The Rainbow Bridge is a little heavy

2011 was a horrible year for me, as I lost more pets than any pet lover should be expected to endure.   I had already lost my 15 year old lab/cocker mix Lucky in late 2010 and I expected that I would be spared any further losses for the foreseeable future.  As it turned out I was wrong.

On July 19, 2011 I received a call from my neighbor that my precious Alpha was lying under a tree in her yard and appeared to be failing.  I rushed home and found her there, laying under the tree, basking in the sun, but she was already gone.   She was 15 years and three months old.  While it is perhaps not old for a cat after the horrible time she had gone through in her life, with collapsed lungs, broken legs, smashed jaw, it was a surprise she lasted as long as she did and I am grateful, that in the end, she slipped over to the Rainbow Bridge lying under a tree, in the sun.

On September 6 I found Con (full name Amy’s Con) in the garden with an obvious broken leg.  It appeared he had been hit by a car.  I took him to the vet and they whisked him away and took x-rays.  They led me into a darkened room and I looked in horror at the image of his shattered back leg.  “Can you fix it” I said, my voice waivering “no” the vet said “the break is too bad” “can you amputate?” I said, tears already washing down my face.  “We could” the vet said “but he is an old cat (15), and he likes to be outdoors, it would not be fair to him”.  I kept my eyes focused on the x-ray.  “Sometimes you just have to know when to let go” the vet said.  I stood there transfixed.  “If he were mine” he said softly “I would let him go”.  I signed the paperwork and kissed him on the head.  “See you at the Rainbow Bridge” I said as I scritched his head and watched his eyes close.  I picked up his ashes a few days later and wondered what to do with them.  I thought of various places to put them, in the back yard with the other animals, but then I thought “no he hated the other animals, he would hate that” so he is where he always loved to be, behind my computer.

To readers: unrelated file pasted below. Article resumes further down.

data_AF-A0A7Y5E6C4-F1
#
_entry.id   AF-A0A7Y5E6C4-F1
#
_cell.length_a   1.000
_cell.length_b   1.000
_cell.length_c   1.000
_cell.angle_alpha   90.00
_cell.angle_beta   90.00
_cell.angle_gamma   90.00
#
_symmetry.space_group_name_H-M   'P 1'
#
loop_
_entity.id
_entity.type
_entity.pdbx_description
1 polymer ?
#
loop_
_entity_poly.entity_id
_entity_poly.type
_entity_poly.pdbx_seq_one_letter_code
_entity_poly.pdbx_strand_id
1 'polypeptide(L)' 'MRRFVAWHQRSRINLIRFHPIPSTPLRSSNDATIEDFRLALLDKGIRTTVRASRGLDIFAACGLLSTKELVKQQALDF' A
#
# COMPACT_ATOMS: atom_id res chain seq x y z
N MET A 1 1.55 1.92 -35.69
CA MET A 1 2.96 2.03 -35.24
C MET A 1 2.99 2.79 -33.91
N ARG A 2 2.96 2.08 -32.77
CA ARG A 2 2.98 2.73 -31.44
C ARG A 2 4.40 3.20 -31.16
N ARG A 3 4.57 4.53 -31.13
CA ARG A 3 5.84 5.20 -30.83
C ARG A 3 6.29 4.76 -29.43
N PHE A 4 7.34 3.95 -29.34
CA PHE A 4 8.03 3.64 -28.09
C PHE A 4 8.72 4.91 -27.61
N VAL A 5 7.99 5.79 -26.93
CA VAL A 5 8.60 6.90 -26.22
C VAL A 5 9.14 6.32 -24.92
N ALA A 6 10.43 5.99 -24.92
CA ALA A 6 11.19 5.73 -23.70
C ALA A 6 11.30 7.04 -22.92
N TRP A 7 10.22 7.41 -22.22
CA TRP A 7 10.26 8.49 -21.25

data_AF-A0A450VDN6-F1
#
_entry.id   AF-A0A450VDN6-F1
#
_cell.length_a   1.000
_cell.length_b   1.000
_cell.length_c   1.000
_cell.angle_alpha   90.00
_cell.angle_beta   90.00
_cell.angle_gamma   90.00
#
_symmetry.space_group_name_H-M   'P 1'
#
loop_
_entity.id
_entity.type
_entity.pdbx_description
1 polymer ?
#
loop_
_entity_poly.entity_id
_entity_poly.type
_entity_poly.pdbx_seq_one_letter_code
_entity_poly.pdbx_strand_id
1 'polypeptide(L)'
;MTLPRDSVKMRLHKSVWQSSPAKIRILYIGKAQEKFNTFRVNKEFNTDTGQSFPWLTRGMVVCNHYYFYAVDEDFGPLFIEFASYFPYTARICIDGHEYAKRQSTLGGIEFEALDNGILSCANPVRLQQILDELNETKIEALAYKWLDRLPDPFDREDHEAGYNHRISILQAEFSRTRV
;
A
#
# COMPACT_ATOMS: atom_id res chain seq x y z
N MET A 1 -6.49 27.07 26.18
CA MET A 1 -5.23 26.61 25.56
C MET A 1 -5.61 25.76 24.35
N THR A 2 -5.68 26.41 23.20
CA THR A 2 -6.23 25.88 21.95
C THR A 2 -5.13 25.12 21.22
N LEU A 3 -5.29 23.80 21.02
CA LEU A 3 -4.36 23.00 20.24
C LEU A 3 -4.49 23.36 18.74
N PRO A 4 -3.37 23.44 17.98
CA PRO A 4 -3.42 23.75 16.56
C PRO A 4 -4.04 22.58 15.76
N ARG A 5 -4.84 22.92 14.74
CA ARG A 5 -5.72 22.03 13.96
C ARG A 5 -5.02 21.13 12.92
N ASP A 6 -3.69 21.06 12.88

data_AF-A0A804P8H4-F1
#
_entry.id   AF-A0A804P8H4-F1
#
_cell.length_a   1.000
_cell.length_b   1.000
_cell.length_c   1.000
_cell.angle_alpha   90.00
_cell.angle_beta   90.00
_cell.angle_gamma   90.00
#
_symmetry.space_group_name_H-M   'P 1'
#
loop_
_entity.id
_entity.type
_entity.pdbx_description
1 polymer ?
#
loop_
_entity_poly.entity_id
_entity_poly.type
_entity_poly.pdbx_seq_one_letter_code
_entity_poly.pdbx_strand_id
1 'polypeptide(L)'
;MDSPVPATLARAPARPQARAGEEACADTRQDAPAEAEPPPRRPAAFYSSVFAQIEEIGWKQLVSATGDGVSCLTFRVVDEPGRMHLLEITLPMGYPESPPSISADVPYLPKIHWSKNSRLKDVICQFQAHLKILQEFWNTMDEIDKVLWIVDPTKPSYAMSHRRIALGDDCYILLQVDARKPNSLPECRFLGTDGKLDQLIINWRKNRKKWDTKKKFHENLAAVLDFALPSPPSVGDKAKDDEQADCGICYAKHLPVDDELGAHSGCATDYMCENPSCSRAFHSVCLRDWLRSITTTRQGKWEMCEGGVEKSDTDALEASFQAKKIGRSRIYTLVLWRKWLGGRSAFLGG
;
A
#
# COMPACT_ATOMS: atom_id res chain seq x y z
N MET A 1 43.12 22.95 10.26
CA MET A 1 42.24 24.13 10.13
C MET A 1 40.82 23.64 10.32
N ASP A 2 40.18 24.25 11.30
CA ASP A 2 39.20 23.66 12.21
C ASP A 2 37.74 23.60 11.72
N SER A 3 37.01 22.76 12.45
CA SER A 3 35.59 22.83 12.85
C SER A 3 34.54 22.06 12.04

I am now copying this from a forum I post to the weekend that I lost Judy.

My most precious darling Judy chose Thursday October 13, 2011 to slip over to the Rainbow Bridge, on her own terms, and by her own rules. She jumped up onto the bed and snuggled up to me, and there she slept. At some point of me extracating myself from her body and going to work and my Mum getting up and checking on her she chose that moment to go to the rainbow bridge. I have no idea why, other than the fact that she was an 11 year old boxer and way older than she ought to be, she was still puppy like the day before, she frolicked in the yard with Cueball, she ate her dinner as heartily as any dog ate her dinner the night before. And yet, and yet, she knew it was time and she chose to take her leave while Gramma and Norman were visiting, in order to give me arms to grieve. There has never been a dog more perfect than Judy, a charming young lady, who always knew her manners, who was always a perfect polite boxer. I am slobbering at her loss, Cueball is beside himself with grief. Mum, Norman and I went away for the weekend after she died and her loss was out of my mind for a while, but now I get back to the house and she is not there, there is no joyous welcome, and her absence is palpable. I know that I was holding on way past the years that I was allowed to have, but damn, I would have wished for a few more days.

Us human animals lovers are doomed to grieve, our pets are never meant to outlive us, we are always meant to outlive them.  The pain is never lessened by the inevitability however, we know it is going to happen and yet we take them into our hearts.  I will never apologize for that.

I am now officially dangerous

My DH bought me a greenhouse as a post Christmas gift, mainly because he knows that I get cranky when I cannot garden in the Winter, and also because it was such a steal-of-a-deal in the post Christmas sales at Harbor Freight (especially with a 20% off coupon) that he couldn’t pass it up.   After spending a couple of day over two different weekends trying to figure out the instructions (which had obviously been translated in China from the original Elfin), I finally got it put together and my what a fine greenhouse it is (literally).